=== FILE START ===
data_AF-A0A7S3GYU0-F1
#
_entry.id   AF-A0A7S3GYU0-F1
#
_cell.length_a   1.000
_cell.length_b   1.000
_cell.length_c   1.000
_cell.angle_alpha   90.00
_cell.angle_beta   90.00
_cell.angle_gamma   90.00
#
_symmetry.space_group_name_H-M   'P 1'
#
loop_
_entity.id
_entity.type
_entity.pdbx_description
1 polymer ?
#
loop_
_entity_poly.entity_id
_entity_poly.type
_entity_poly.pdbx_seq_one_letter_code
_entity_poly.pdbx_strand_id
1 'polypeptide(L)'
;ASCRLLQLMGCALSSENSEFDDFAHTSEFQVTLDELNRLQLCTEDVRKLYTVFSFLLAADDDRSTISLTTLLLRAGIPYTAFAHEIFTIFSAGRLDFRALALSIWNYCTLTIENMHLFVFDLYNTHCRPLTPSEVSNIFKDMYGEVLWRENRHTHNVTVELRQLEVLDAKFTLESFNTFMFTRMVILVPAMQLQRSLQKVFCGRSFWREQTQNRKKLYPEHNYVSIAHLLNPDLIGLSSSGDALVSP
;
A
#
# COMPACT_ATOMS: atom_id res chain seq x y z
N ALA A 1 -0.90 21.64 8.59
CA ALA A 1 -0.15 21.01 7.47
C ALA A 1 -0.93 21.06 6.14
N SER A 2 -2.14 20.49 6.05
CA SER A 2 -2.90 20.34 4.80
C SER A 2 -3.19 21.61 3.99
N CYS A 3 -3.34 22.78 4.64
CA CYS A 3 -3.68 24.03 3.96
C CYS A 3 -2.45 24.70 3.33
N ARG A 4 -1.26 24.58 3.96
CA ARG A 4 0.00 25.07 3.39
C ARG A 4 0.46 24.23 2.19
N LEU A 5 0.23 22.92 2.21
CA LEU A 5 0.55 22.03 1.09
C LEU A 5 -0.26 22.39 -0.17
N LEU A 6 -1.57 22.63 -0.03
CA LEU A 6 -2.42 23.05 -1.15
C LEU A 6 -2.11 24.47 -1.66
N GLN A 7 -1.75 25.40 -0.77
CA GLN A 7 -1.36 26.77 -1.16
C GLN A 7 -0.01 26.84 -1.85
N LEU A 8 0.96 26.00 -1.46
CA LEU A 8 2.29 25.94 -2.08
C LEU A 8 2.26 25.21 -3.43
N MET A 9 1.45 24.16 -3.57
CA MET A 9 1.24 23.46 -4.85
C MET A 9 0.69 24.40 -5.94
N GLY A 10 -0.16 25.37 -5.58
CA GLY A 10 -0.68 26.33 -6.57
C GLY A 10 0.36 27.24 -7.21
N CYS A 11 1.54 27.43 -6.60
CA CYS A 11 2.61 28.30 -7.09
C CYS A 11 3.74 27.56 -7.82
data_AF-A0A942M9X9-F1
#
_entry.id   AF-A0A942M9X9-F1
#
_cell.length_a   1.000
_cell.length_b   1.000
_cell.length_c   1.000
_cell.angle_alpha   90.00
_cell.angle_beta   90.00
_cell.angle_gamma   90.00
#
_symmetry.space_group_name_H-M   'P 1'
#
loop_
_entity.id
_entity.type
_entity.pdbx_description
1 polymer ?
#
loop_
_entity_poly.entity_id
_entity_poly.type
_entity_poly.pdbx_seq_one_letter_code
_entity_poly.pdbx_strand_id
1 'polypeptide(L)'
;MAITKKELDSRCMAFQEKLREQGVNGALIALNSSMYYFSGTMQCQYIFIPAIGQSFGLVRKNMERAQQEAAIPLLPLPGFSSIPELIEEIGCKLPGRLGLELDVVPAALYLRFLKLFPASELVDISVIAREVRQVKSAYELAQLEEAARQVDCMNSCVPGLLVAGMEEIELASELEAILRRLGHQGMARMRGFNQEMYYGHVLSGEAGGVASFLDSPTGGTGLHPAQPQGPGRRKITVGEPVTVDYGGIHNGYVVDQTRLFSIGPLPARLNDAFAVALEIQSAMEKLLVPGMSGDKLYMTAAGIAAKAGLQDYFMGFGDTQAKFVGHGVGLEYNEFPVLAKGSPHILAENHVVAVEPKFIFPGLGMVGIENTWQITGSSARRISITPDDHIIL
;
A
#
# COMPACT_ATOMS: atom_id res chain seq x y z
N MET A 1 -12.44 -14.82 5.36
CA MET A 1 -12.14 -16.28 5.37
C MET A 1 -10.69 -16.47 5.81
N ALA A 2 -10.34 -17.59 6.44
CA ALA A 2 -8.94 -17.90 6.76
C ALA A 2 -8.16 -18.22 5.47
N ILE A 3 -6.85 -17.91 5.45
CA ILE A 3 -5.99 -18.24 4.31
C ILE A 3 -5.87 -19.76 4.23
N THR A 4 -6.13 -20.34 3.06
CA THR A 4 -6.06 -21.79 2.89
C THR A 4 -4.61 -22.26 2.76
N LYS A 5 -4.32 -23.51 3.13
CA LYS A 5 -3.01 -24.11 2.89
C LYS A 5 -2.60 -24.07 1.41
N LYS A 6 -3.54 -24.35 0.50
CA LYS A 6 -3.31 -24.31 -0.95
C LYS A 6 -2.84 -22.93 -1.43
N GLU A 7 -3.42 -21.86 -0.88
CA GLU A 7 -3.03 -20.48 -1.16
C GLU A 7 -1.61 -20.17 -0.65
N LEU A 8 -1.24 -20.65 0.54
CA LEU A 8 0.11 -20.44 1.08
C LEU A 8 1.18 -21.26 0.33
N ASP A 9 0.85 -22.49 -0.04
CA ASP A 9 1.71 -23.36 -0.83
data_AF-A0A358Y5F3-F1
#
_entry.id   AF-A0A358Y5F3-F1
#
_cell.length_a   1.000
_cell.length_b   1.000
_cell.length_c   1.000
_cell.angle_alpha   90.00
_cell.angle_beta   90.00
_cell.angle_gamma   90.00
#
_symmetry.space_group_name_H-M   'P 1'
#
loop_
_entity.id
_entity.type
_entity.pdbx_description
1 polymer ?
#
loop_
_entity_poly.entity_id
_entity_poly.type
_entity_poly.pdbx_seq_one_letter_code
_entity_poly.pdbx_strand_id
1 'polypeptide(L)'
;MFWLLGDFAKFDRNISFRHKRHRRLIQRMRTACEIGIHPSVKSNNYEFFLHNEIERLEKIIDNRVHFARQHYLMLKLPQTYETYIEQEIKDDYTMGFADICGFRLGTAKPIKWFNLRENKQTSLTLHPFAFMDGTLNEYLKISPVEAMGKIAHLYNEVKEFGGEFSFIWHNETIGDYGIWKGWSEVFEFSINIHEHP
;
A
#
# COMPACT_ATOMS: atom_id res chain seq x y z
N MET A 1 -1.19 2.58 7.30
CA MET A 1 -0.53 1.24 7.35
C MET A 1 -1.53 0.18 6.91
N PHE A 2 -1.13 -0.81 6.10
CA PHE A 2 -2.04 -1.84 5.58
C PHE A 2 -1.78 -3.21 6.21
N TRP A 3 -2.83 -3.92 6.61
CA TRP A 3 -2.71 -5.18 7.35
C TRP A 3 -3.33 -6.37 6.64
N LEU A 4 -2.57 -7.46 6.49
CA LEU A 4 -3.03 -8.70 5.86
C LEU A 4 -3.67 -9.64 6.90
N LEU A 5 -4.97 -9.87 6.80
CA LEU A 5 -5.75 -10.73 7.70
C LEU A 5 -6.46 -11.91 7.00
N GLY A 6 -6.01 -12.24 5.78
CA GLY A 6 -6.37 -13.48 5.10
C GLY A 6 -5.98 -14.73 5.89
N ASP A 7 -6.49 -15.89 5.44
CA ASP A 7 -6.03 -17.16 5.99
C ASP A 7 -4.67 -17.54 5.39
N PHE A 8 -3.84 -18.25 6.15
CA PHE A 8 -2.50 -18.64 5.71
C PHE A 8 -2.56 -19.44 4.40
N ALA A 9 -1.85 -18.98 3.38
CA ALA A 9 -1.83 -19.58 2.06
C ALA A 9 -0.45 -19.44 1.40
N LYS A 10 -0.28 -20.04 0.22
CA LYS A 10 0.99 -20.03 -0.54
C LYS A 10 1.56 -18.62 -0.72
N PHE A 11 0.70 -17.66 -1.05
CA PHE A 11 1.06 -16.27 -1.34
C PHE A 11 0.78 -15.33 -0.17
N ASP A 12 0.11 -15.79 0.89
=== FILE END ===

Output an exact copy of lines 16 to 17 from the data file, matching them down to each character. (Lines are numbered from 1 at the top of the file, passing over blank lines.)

_entity.type
_entity.pdbx_description